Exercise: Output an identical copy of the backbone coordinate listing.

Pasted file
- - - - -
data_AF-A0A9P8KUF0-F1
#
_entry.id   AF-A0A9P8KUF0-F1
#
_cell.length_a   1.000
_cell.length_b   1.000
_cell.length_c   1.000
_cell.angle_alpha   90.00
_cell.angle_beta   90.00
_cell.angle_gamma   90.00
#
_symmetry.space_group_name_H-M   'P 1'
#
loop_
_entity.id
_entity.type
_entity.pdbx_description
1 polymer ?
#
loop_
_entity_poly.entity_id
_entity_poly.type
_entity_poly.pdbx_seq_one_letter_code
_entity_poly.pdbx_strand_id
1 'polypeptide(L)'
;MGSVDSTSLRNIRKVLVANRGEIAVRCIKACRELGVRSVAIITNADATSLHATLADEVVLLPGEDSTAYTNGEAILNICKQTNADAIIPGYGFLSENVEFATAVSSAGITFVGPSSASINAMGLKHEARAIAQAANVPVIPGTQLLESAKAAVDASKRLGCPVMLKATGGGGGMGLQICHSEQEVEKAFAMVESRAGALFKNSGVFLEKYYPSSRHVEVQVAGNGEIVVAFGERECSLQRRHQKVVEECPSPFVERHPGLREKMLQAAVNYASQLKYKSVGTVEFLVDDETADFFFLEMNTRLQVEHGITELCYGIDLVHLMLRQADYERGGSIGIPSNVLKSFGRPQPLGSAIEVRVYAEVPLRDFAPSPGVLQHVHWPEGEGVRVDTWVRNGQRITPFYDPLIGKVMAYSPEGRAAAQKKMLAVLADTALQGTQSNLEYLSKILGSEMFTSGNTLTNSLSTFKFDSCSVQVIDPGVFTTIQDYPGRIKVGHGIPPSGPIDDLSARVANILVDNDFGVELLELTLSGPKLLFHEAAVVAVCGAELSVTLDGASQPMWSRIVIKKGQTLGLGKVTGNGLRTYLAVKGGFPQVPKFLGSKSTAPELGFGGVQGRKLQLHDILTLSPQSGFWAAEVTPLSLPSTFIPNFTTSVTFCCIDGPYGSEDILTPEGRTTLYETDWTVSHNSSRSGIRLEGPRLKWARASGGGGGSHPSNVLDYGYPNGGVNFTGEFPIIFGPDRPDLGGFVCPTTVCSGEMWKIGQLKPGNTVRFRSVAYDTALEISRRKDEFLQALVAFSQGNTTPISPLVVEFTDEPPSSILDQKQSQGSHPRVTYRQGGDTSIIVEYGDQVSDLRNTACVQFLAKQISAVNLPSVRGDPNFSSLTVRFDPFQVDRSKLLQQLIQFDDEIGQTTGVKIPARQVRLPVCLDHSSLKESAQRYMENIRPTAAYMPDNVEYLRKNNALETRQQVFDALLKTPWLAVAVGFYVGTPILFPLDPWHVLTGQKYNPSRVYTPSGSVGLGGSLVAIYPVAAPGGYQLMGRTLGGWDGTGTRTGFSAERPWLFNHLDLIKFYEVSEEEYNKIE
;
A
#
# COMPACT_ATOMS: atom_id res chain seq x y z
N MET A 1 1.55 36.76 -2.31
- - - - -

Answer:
data_AF-A0A9P8KUF0-F1
#
_entry.id   AF-A0A9P8KUF0-F1
#
_cell.length_a   1.000
_cell.length_b   1.000
_cell.length_c   1.000
_cell.angle_alpha   90.00
_cell.angle_beta   90.00
_cell.angle_gamma   90.00
#
_symmetry.space_group_name_H-M   'P 1'
#
loop_
_entity.id
_entity.type
_entity.pdbx_description
1 polymer ?
#
loop_
_entity_poly.entity_id
_entity_poly.type
_entity_poly.pdbx_seq_one_letter_code
_entity_poly.pdbx_strand_id
1 'polypeptide(L)'
;MGSVDSTSLRNIRKVLVANRGEIAVRCIKACRELGVRSVAIITNADATSLHATLADEVVLLPGEDSTAYTNGEAILNICKQTNADAIIPGYGFLSENVEFATAVSSAGITFVGPSSASINAMGLKHEARAIAQAANVPVIPGTQLLESAKAAVDASKRLGCPVMLKATGGGGGMGLQICHSEQEVEKAFAMVESRAGALFKNSGVFLEKYYPSSRHVEVQVAGNGEIVVAFGERECSLQRRHQKVVEECPSPFVERHPGLREKMLQAAVNYASQLKYKSVGTVEFLVDDETADFFFLEMNTRLQVEHGITELCYGIDLVHLMLRQADYERGGSIGIPSNVLKSFGRPQPLGSAIEVRVYAEVPLRDFAPSPGVLQHVHWPEGEGVRVDTWVRNGQRITPFYDPLIGKVMAYSPEGRAAAQKKMLAVLADTALQGTQSNLEYLSKILGSEMFTSGNTLTNSLSTFKFDSCSVQVIDPGVFTTIQDYPGRIKVGHGIPPSGPIDDLSARVANILVDNDFGVELLELTLSGPKLLFHEAAVVAVCGAELSVTLDGASQPMWSRIVIKKGQTLGLGKVTGNGLRTYLAVKGGFPQVPKFLGSKSTAPELGFGGVQGRKLQLHDILTLSPQSGFWAAEVTPLSLPSTFIPNFTTSVTFCCIDGPYGSEDILTPEGRTTLYETDWTVSHNSSRSGIRLEGPRLKWARASGGGGGSHPSNVLDYGYPNGGVNFTGEFPIIFGPDRPDLGGFVCPTTVCSGEMWKIGQLKPGNTVRFRSVAYDTALEISRRKDEFLQALVAFSQGNTTPISPLVVEFTDEPPSSILDQKQSQGSHPRVTYRQGGDTSIIVEYGDQVSDLRNTACVQFLAKQISAVNLPSVRGDPNFSSLTVRFDPFQVDRSKLLQQLIQFDDEIGQTTGVKIPARQVRLPVCLDHSSLKESAQRYMENIRPTAAYMPDNVEYLRKNNALETRQQVFDALLKTPWLAVAVGFYVGTPILFPLDPWHVLTGQKYNPSRVYTPSGSVGLGGSLVAIYPVAAPGGYQLMGRTLGGWDGTGTRTGFSAERPWLFNHLDLIKFYEVSEEEYNKIE
;
A
#
# COMPACT_ATOMS: atom_id res chain seq x y z
N MET A 1 1.55 36.76 -2.31